THEY reckon Edward "Ted" Alexandria Bourke broke the four minute mile when he hit the beach at Gallipoli as part of the first wave of Anzacs.
It was the start of a remarkable period of service for Edward, who fought from December 1914 until March 1919.
Edward is the grandfather of local woman Colleen Northam, with the family having strong connections to World War I and World War II as well as the Korean War.
In roughly 1916 Edward was "blown up" in Gallipoli and lost his identity tags and memory.
Medical aid only knew he was Australian because of his accent, and so he was shipped back to Australia to recover.
He recovered his memory while home and insisted on going back to fight, saying "the job was not finished."
In the meantime his identity tag was found and Edward's daughter was notified that he was missing, believed dead.
He returned to France where he fought in several theatres of war, including the Somme.
During his time in France it was reported that he was made a 'King's Sergeant', a rank only attainable in the field and a position from which one could never be demoted unless for treason, and even then only by the King himself.
Colleen's aunty, Anne Patricia, the daughter of Edward, said of her father, "My dad had the most wonderful blue eyes and a mate of his told my mother that when he was in the trenches preparing to take the fight to the Germans, his blue eyes would flash and he would yell 'fix bayonets men and let's see how the bastards like a bit of cold steel,' and over the top he would go followed by all his men."
Edward was twice wounded in France, the first a bad head wound and the second a gaping hole in the back of his leg.
Upon returning Edward and his war bride were alloted land for a farm at Lansdowne, where they lived until the Great Depression forced them out to a new property at Singleton.
The family's association with world wide conflicts didn't end there though.
Edward had four children involved in WWII, including Colleen's father, Pat, who among other things was a Rat of Tobruk; Jim, who was born in Taree and was a prisoner of war in Changi; Anne, born under a tree at Coopernook when the river was in flood and who went on to become an ambulance driver; and Mary, born in Cundletown, who was a decoder during WWII.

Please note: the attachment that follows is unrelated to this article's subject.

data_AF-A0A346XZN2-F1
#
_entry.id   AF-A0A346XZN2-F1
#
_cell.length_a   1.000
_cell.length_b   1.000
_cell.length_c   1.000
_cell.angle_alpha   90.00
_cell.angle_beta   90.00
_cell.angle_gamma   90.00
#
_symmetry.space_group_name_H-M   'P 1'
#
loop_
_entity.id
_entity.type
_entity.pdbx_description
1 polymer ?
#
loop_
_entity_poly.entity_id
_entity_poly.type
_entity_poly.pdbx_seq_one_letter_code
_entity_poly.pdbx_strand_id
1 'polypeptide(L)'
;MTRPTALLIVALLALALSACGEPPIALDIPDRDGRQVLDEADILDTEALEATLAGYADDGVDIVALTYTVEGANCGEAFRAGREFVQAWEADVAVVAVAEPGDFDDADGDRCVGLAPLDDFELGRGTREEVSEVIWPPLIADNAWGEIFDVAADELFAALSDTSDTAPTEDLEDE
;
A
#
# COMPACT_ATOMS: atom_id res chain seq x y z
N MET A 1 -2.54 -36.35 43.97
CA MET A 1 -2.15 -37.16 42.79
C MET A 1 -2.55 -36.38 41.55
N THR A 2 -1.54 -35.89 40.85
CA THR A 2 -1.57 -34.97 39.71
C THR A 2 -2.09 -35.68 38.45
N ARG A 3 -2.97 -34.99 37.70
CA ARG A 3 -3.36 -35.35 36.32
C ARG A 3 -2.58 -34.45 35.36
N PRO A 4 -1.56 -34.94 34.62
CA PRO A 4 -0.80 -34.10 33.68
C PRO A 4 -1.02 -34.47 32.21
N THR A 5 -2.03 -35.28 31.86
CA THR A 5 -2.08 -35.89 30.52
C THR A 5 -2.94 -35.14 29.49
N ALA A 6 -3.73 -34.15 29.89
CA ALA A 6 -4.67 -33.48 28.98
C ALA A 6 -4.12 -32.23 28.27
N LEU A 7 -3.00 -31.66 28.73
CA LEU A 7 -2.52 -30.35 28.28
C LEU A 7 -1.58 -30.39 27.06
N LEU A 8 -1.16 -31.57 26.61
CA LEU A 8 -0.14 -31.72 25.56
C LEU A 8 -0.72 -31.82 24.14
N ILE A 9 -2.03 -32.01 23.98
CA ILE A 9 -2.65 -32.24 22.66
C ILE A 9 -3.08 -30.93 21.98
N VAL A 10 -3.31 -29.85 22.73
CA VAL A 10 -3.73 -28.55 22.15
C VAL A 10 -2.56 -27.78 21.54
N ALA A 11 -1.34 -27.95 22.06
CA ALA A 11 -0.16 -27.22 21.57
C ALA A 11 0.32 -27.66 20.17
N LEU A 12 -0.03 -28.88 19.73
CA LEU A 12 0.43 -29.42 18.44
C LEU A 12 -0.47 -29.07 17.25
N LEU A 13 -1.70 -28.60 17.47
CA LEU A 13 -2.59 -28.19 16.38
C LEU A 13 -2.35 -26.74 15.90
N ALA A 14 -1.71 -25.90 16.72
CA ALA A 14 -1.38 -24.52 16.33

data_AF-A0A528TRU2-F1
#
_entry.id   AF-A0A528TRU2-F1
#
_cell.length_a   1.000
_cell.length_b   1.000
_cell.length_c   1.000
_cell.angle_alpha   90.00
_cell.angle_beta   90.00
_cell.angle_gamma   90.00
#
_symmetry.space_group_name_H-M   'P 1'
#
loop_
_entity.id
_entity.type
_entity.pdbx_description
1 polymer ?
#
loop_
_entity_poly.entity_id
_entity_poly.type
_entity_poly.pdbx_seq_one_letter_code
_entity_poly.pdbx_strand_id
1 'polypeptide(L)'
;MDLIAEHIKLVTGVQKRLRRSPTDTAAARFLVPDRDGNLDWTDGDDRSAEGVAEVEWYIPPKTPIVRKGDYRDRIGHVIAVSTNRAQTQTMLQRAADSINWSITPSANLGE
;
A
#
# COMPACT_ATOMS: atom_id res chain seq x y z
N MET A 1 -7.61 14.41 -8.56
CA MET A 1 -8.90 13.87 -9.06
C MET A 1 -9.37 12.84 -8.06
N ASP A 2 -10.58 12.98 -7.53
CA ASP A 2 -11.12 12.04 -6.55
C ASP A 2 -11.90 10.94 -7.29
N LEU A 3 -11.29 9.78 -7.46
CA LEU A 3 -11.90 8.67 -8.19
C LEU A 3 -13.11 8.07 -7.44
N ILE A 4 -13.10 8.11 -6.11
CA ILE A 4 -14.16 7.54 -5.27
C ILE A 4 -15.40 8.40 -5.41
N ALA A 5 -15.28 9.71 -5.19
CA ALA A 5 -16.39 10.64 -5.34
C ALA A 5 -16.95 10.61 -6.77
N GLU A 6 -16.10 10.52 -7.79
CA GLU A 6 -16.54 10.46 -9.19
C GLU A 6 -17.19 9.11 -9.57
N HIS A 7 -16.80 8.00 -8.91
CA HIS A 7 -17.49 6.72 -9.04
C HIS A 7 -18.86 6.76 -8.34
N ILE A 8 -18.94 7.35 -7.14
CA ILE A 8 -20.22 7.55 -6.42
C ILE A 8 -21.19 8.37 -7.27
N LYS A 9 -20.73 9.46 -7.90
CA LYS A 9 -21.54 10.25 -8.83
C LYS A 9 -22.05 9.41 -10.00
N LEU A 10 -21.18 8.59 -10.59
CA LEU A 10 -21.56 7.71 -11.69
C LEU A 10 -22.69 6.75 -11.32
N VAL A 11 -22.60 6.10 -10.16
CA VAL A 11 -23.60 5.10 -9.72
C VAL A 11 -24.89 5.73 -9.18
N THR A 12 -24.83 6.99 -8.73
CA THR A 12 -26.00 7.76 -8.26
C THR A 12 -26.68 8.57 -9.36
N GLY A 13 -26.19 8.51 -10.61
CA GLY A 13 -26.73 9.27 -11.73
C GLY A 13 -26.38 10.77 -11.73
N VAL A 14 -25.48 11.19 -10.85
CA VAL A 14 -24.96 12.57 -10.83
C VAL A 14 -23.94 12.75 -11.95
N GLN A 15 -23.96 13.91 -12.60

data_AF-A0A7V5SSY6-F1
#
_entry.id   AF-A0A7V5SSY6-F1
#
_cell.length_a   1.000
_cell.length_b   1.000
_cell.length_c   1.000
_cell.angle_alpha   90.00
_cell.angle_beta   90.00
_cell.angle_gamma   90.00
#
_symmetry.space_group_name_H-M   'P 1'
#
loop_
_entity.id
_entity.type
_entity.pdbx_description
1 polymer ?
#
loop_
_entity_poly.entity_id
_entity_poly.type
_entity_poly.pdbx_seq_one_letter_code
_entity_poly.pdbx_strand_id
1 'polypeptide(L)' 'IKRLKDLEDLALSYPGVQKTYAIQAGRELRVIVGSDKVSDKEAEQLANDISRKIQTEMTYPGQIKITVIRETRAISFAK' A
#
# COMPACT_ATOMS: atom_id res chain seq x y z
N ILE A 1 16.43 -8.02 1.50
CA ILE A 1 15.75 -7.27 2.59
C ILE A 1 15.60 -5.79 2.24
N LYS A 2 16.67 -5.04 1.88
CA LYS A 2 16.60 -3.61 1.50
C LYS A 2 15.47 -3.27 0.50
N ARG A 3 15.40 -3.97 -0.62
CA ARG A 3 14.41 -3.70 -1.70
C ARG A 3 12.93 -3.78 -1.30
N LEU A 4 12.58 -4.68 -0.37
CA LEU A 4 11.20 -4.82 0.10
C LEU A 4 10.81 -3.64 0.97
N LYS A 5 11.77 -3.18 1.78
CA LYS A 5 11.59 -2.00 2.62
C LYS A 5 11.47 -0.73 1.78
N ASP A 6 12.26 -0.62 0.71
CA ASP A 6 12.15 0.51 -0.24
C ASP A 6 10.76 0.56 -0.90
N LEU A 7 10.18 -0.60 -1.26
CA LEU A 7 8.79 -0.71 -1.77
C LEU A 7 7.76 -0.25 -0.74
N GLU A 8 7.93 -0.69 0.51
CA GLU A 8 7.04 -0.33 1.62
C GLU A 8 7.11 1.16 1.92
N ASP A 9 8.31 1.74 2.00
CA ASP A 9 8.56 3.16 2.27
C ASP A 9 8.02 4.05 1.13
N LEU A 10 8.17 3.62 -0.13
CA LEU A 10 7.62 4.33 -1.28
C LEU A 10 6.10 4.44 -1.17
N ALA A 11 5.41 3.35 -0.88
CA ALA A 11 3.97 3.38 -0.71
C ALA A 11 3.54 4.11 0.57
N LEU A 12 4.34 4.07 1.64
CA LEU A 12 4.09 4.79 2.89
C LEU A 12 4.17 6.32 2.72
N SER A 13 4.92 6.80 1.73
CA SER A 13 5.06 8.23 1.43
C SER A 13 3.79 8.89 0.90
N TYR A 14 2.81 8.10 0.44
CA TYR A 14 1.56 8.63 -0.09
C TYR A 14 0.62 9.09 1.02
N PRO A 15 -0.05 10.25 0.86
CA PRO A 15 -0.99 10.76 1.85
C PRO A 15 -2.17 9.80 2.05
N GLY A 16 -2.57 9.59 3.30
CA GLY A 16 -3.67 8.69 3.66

The youngest brother of the family, Edmund 'Sonny', was too young for WWII, but enlisted for the Korean War where he was reported Missing In Action, presumed dead, on June 7, 1953.
Both Jim and Patricia re-enlisted in 1953 in the hope of finding him but no trace was found, with the Department of Defence taking family DNA samples in case bodies are ever recovered.
Colleen said her father Pat rarely spoke of the horrors of war, instead focused on the light-hearted moments.
"One of my Dad's horror stories was when they knew they had to bayonet a German boy to death before he killed you, because they had no ammunition," she said.
"He hated war and rarely spoke about his experiences."
Colleen's father, who settled in Taree after the war, never marched in Anzac Day commemorations, such was his hatred for war.
But Colleen and her family are proud of the achievements of their forebears.
With the 100th anniversary of Anzac, the family has compiled more information on their relatives than ever before.
"We're quite proud of them," said Colleen.
"It's pretty special."